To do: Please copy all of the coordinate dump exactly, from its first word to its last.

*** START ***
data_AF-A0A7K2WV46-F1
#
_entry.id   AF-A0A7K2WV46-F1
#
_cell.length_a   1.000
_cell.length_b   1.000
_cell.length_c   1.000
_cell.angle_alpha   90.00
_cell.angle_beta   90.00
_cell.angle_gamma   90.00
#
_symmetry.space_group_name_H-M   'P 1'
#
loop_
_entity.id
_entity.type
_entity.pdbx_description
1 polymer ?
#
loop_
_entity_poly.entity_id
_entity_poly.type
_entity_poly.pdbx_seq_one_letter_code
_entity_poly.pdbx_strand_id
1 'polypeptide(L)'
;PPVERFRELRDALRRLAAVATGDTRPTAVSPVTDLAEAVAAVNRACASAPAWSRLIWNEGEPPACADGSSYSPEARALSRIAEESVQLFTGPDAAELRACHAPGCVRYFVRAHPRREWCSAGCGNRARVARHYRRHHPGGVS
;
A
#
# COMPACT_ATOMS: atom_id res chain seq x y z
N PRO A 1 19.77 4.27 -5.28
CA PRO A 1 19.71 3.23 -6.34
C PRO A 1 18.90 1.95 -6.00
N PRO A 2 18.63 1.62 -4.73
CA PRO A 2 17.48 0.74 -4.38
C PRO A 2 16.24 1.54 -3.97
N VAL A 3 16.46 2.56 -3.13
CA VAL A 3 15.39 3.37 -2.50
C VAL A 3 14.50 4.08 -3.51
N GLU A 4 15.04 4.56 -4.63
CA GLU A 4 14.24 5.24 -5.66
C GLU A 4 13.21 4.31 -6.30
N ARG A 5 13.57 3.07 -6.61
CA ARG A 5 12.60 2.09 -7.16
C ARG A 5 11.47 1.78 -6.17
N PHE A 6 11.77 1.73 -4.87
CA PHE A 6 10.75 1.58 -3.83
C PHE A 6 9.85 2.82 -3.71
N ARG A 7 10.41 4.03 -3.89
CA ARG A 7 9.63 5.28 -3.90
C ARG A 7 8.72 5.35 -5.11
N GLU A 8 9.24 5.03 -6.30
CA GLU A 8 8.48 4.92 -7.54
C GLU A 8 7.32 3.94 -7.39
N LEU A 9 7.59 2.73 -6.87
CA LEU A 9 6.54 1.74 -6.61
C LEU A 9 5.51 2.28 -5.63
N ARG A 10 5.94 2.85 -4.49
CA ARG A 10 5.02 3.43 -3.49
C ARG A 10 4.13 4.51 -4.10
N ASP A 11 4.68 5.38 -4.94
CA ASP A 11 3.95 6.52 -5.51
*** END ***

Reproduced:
data_AF-A0A7K2WV46-F1
#
_entry.id   AF-A0A7K2WV46-F1
#
_cell.length_a   1.000
_cell.length_b   1.000
_cell.length_c   1.000
_cell.angle_alpha   90.00
_cell.angle_beta   90.00
_cell.angle_gamma   90.00
#
_symmetry.space_group_name_H-M   'P 1'
#
loop_
_entity.id
_entity.type
_entity.pdbx_description
1 polymer ?
#
loop_
_entity_poly.entity_id
_entity_poly.type
_entity_poly.pdbx_seq_one_letter_code
_entity_poly.pdbx_strand_id
1 'polypeptide(L)'
;PPVERFRELRDALRRLAAVATGDTRPTAVSPVTDLAEAVAAVNRACASAPAWSRLIWNEGEPPACADGSSYSPEARALSRIAEESVQLFTGPDAAELRACHAPGCVRYFVRAHPRREWCSAGCGNRARVARHYRRHHPGGVS
;
A
#
# COMPACT_ATOMS: atom_id res chain seq x y z
N PRO A 1 19.77 4.27 -5.28
CA PRO A 1 19.71 3.23 -6.34
C PRO A 1 18.90 1.95 -6.00
N PRO A 2 18.63 1.62 -4.73
CA PRO A 2 17.48 0.74 -4.38
C PRO A 2 16.24 1.54 -3.97
N VAL A 3 16.46 2.56 -3.13
CA VAL A 3 15.39 3.37 -2.50
C VAL A 3 14.50 4.08 -3.51
N GLU A 4 15.04 4.56 -4.63
CA GLU A 4 14.24 5.24 -5.66
C GLU A 4 13.21 4.31 -6.30
N ARG A 5 13.57 3.07 -6.61
CA ARG A 5 12.60 2.09 -7.16
C ARG A 5 11.47 1.78 -6.17
N PHE A 6 11.77 1.73 -4.87
CA PHE A 6 10.75 1.58 -3.83
C PHE A 6 9.85 2.82 -3.71
N ARG A 7 10.41 4.03 -3.89
CA ARG A 7 9.63 5.28 -3.90
C ARG A 7 8.72 5.35 -5.11
N GLU A 8 9.24 5.03 -6.30
CA GLU A 8 8.48 4.92 -7.54
C GLU A 8 7.32 3.94 -7.39
N LEU A 9 7.59 2.73 -6.87
CA LEU A 9 6.54 1.74 -6.61
C LEU A 9 5.51 2.28 -5.63
N ARG A 10 5.94 2.85 -4.49
CA ARG A 10 5.02 3.43 -3.49
C ARG A 10 4.13 4.51 -4.10
N ASP A 11 4.68 5.38 -4.94
CA ASP A 11 3.95 6.52 -5.51